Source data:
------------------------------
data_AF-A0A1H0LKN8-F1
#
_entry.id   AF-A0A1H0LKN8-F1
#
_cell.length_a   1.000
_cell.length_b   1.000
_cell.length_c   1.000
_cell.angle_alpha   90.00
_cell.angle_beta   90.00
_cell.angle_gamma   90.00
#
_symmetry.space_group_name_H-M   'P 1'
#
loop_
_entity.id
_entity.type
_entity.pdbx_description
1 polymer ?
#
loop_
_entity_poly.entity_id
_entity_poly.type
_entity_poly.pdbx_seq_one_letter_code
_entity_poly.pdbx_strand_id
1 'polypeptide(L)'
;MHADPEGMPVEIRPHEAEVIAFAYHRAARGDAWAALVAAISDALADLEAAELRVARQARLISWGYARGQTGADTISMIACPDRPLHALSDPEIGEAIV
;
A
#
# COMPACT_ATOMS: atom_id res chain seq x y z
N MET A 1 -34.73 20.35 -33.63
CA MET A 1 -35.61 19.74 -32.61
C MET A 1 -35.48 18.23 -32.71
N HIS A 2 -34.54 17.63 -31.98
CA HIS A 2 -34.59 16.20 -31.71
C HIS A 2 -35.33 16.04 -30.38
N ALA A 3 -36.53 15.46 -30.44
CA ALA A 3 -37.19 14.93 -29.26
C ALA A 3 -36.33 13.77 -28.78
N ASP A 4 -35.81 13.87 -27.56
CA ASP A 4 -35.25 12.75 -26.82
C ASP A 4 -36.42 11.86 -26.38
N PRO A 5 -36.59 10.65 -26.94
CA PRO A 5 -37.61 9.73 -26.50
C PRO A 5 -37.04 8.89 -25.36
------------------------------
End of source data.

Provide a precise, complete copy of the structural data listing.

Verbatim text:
data_AF-A0A1H0LKN8-F1
#
_entry.id   AF-A0A1H0LKN8-F1
#
_cell.length_a   1.000
_cell.length_b   1.000
_cell.length_c   1.000
_cell.angle_alpha   90.00
_cell.angle_beta   90.00
_cell.angle_gamma   90.00
#
_symmetry.space_group_name_H-M   'P 1'
#
loop_
_entity.id
_entity.type
_entity.pdbx_description
1 polymer ?
#
loop_
_entity_poly.entity_id
_entity_poly.type
_entity_poly.pdbx_seq_one_letter_code
_entity_poly.pdbx_strand_id
1 'polypeptide(L)'
;MHADPEGMPVEIRPHEAEVIAFAYHRAARGDAWAALVAAISDALADLEAAELRVARQARLISWGYARGQTGADTISMIACPDRPLHALSDPEIGEAIV
;
A
#
# COMPACT_ATOMS: atom_id res chain seq x y z
N MET A 1 -34.73 20.35 -33.63
CA MET A 1 -35.61 19.74 -32.61
C MET A 1 -35.48 18.23 -32.71
N HIS A 2 -34.54 17.63 -31.98
CA HIS A 2 -34.59 16.20 -31.71
C HIS A 2 -35.33 16.04 -30.38
N ALA A 3 -36.53 15.46 -30.44
CA ALA A 3 -37.19 14.93 -29.26
C ALA A 3 -36.33 13.77 -28.78
N ASP A 4 -35.81 13.87 -27.56
CA ASP A 4 -35.25 12.75 -26.82
C ASP A 4 -36.42 11.86 -26.38
N PRO A 5 -36.59 10.65 -26.94
CA PRO A 5 -37.61 9.73 -26.50
C PRO A 5 -37.04 8.89 -25.36